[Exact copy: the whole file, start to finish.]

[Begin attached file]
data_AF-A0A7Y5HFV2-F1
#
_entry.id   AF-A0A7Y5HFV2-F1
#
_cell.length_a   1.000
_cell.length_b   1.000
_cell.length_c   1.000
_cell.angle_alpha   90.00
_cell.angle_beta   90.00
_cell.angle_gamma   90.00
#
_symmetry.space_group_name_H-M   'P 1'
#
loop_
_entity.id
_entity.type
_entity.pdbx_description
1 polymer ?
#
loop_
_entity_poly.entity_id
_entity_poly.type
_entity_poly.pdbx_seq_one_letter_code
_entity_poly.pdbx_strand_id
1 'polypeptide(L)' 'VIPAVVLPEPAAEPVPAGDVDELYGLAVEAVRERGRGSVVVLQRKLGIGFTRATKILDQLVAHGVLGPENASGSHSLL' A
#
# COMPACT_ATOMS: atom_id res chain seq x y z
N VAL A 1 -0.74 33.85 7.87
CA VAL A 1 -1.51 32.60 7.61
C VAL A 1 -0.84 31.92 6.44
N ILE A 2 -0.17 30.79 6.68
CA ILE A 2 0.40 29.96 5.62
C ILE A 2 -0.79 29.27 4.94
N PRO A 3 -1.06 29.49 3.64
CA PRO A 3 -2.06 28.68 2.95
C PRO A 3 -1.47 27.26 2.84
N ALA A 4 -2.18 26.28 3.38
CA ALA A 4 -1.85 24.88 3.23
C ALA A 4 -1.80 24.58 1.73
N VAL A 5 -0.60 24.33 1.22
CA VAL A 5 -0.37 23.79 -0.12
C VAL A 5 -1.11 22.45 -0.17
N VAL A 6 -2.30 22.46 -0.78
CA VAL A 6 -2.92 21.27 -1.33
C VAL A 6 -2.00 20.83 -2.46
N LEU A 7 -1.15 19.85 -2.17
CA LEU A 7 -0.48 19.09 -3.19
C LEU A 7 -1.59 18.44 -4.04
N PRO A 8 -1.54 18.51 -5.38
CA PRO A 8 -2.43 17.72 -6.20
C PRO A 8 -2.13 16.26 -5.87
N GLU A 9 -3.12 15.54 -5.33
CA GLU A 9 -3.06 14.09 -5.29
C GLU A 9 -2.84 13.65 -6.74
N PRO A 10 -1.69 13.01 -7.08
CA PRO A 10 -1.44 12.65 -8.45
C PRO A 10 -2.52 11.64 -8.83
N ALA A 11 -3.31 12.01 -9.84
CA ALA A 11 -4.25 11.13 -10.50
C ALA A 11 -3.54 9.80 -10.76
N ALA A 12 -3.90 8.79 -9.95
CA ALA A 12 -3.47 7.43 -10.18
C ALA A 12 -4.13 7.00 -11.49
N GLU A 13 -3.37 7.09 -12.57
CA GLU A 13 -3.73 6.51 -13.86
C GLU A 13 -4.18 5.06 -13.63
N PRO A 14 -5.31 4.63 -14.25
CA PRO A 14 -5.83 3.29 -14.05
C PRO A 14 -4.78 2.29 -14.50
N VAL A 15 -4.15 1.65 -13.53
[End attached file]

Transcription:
data_AF-A0A7Y5HFV2-F1
#
_entry.id   AF-A0A7Y5HFV2-F1
#
_cell.length_a   1.000
_cell.length_b   1.000
_cell.length_c   1.000
_cell.angle_alpha   90.00
_cell.angle_beta   90.00
_cell.angle_gamma   90.00
#
_symmetry.space_group_name_H-M   'P 1'
#
loop_
_entity.id
_entity.type
_entity.pdbx_description
1 polymer ?
#
loop_
_entity_poly.entity_id
_entity_poly.type
_entity_poly.pdbx_seq_one_letter_code
_entity_poly.pdbx_strand_id
1 'polypeptide(L)' 'VIPAVVLPEPAAEPVPAGDVDELYGLAVEAVRERGRGSVVVLQRKLGIGFTRATKILDQLVAHGVLGPENASGSHSLL' A
#
# COMPACT_ATOMS: atom_id res chain seq x y z
N VAL A 1 -0.74 33.85 7.87
CA VAL A 1 -1.51 32.60 7.61
C VAL A 1 -0.84 31.92 6.44
N ILE A 2 -0.17 30.79 6.68
CA ILE A 2 0.40 29.96 5.62
C ILE A 2 -0.79 29.27 4.94
N PRO A 3 -1.06 29.49 3.64
CA PRO A 3 -2.06 28.68 2.95
C PRO A 3 -1.47 27.26 2.84
N ALA A 4 -2.18 26.28 3.38
CA ALA A 4 -1.85 24.88 3.23
C ALA A 4 -1.80 24.58 1.73
N VAL A 5 -0.60 24.33 1.22
CA VAL A 5 -0.37 23.79 -0.12
C VAL A 5 -1.11 22.45 -0.17
N VAL A 6 -2.30 22.46 -0.78
CA VAL A 6 -2.92 21.27 -1.33
C VAL A 6 -2.00 20.83 -2.46
N LEU A 7 -1.15 19.85 -2.17
CA LEU A 7 -0.48 19.09 -3.19
C LEU A 7 -1.59 18.44 -4.04
N PRO A 8 -1.54 18.51 -5.38
CA PRO A 8 -2.43 17.72 -6.20
C PRO A 8 -2.13 16.26 -5.87
N GLU A 9 -3.12 15.54 -5.33
CA GLU A 9 -3.06 14.09 -5.29
C GLU A 9 -2.84 13.65 -6.74
N PRO A 10 -1.69 13.01 -7.08
CA PRO A 10 -1.44 12.65 -8.45
C PRO A 10 -2.52 11.64 -8.83
N ALA A 11 -3.31 12.01 -9.84
CA ALA A 11 -4.25 11.13 -10.50
C ALA A 11 -3.54 9.80 -10.76
N ALA A 12 -3.90 8.79 -9.95
CA ALA A 12 -3.47 7.43 -10.18
C ALA A 12 -4.13 7.00 -11.49
N GLU A 13 -3.37 7.09 -12.57
CA GLU A 13 -3.73 6.51 -13.86
C GLU A 13 -4.18 5.06 -13.63
N PRO A 14 -5.31 4.63 -14.25
CA PRO A 14 -5.83 3.29 -14.05
C PRO A 14 -4.78 2.29 -14.50
N VAL A 15 -4.15 1.65 -13.53